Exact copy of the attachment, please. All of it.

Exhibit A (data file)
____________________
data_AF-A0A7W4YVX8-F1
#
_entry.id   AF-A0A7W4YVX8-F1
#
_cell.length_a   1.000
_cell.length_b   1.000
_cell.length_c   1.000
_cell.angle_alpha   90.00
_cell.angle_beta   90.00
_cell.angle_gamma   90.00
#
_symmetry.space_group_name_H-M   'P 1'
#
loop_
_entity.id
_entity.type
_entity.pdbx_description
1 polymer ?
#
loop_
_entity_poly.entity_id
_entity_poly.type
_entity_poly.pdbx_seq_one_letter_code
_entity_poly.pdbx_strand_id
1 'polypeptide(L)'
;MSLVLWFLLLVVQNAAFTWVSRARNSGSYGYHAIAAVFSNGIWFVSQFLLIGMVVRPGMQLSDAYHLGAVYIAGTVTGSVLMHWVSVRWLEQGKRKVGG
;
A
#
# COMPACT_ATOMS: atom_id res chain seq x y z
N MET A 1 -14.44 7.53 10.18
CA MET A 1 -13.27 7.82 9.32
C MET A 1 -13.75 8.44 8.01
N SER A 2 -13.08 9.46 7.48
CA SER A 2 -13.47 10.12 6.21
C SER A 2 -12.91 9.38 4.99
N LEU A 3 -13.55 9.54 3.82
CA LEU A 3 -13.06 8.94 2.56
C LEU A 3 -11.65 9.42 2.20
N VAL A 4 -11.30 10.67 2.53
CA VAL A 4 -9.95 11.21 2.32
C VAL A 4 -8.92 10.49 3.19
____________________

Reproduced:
data_AF-A0A7W4YVX8-F1
#
_entry.id   AF-A0A7W4YVX8-F1
#
_cell.length_a   1.000
_cell.length_b   1.000
_cell.length_c   1.000
_cell.angle_alpha   90.00
_cell.angle_beta   90.00
_cell.angle_gamma   90.00
#
_symmetry.space_group_name_H-M   'P 1'
#
loop_
_entity.id
_entity.type
_entity.pdbx_description
1 polymer ?
#
loop_
_entity_poly.entity_id
_entity_poly.type
_entity_poly.pdbx_seq_one_letter_code
_entity_poly.pdbx_strand_id
1 'polypeptide(L)'
;MSLVLWFLLLVVQNAAFTWVSRARNSGSYGYHAIAAVFSNGIWFVSQFLLIGMVVRPGMQLSDAYHLGAVYIAGTVTGSVLMHWVSVRWLEQGKRKVGG
;
A
#
# COMPACT_ATOMS: atom_id res chain seq x y z
N MET A 1 -14.44 7.53 10.18
CA MET A 1 -13.27 7.82 9.32
C MET A 1 -13.75 8.44 8.01
N SER A 2 -13.08 9.46 7.48
CA SER A 2 -13.47 10.12 6.21
C SER A 2 -12.91 9.38 4.99
N LEU A 3 -13.55 9.54 3.82
CA LEU A 3 -13.06 8.94 2.56
C LEU A 3 -11.65 9.42 2.20
N VAL A 4 -11.30 10.67 2.53
CA VAL A 4 -9.95 11.21 2.32
C VAL A 4 -8.92 10.49 3.19